Just this past week, a dear friend and secular soul mate was visiting us from Toronto. He was in town for a conference. I hadn’t seen him for 3 years. His name is Sunit and he is to me a ‘brother from another mother’. C.S. Lewis once noted that true friendships can be schools of virtue, but they can also be schools of vice. This is not my problem with Sunit. I have other friends like that. But with Sunit, there is another liability involved. The fact is Sunit is a brain surgeon, and whenever he comes to visit, he brings photos and videos from his research. These are pictures and movies of real live brains and brain surgery (no names attached, of course)! The kids love it! I love it! I’m so happy and humbled to know the guy that I have to resist a certain pride I feel when I think about him and remind myself, on occasion, that my friendship with him is a gift that has nothing to do with what he does for a living. He says he wrestles with the same thing with me. I think he considers it a quaint novelty to befriend a beer drinking and open-minded minister given the secular, scientific world he runs in.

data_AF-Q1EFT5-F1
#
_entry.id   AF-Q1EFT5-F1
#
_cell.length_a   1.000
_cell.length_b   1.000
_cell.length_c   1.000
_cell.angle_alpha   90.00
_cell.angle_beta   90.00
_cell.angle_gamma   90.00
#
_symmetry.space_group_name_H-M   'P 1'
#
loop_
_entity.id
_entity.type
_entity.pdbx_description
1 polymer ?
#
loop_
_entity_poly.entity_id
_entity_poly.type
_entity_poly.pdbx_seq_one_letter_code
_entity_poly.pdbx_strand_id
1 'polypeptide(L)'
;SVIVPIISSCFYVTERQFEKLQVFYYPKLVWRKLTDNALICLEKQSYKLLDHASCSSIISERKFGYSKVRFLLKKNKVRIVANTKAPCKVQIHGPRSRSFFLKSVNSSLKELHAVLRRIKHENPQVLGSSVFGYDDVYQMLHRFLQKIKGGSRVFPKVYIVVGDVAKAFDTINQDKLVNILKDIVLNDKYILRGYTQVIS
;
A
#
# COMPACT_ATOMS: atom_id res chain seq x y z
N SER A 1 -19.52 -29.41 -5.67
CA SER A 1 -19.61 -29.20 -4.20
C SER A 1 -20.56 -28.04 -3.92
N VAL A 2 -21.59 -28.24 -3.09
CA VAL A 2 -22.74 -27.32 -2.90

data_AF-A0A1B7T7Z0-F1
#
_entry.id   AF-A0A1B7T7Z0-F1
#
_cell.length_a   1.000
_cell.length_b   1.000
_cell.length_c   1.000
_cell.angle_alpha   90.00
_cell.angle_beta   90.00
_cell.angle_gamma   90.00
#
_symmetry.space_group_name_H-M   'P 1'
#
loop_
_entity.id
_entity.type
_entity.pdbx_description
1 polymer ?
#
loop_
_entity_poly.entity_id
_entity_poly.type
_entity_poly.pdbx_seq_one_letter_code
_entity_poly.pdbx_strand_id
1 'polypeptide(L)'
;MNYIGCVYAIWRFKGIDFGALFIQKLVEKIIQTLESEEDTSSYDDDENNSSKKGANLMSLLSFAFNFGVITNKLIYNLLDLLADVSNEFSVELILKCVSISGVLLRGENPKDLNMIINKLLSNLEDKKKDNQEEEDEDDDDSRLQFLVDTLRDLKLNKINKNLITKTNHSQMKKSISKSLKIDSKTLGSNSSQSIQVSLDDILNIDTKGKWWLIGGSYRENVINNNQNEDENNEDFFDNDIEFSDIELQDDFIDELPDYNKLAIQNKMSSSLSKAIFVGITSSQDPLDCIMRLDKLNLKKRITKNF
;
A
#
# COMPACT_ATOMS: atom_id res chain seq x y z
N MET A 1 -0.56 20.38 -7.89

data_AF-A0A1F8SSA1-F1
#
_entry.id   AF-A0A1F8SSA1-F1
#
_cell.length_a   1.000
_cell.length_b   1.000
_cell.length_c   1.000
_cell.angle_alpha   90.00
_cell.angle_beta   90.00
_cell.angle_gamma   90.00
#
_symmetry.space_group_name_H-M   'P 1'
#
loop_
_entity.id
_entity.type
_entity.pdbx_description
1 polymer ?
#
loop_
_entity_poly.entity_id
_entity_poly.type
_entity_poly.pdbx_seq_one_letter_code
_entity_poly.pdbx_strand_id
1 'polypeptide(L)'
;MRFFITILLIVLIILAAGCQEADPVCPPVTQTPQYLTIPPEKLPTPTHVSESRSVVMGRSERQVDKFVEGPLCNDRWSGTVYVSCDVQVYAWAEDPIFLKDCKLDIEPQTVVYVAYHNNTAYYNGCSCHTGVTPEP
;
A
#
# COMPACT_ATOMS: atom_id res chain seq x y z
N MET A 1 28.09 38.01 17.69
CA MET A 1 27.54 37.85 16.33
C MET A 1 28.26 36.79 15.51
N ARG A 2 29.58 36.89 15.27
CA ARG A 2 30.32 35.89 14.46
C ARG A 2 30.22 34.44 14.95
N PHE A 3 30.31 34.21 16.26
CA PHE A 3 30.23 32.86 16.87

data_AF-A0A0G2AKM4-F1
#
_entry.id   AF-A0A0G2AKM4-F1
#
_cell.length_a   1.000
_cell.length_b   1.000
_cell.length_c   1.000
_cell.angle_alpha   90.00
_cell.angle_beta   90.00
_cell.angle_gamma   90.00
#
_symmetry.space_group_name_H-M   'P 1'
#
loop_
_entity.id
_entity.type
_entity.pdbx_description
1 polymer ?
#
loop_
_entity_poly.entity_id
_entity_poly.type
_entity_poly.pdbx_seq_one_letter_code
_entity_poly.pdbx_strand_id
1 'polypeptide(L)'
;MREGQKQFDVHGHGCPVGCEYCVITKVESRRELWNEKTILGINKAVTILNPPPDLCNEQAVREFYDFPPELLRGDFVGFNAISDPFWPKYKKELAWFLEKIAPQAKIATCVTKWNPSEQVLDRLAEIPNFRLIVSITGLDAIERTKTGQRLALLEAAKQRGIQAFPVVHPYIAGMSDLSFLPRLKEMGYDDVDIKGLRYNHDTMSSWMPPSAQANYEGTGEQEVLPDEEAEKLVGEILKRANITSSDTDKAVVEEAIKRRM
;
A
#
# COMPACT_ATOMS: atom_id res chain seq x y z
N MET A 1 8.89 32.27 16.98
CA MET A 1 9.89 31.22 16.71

As Peter Gomes used to say when he’d invite people to find their seats at the table for dinner at his house “Remember, you all are sitting next to the most interesting person in the room. Think about it!” It works for any setting, even church. Go ahead, and think about it! If you think the person next to you is boring, chances are you aren’t going to be interesting to them either. If you think the person next to you is the most fascinating person ever, you might just find that feeling reciprocated!

Now, setting aside whatever pride Sunit and I may and may not have felt sitting next to each other over a few meals this week, my connection with this man runs deep. I do love him, truly and deeply and I tell him and other friends of mine just this when I see them. C.S. Lewis wrote: In this kind of love, as Emerson said, “do you love me?” means more like “do you see the same truth?” Or at least “do you care about the same truth?” It matters not whether there is agreement in the answer. I’m convinced that though Sunit was born and raised a Hindu and is now a philosophical atheist, I know we are always seeking to see and care about the same questions of truth, beauty, justice, and love, even when the language of our answers may differ widely. When I’m with him, I know my sense of self stretches, and my love and generosity for others and for myself grows.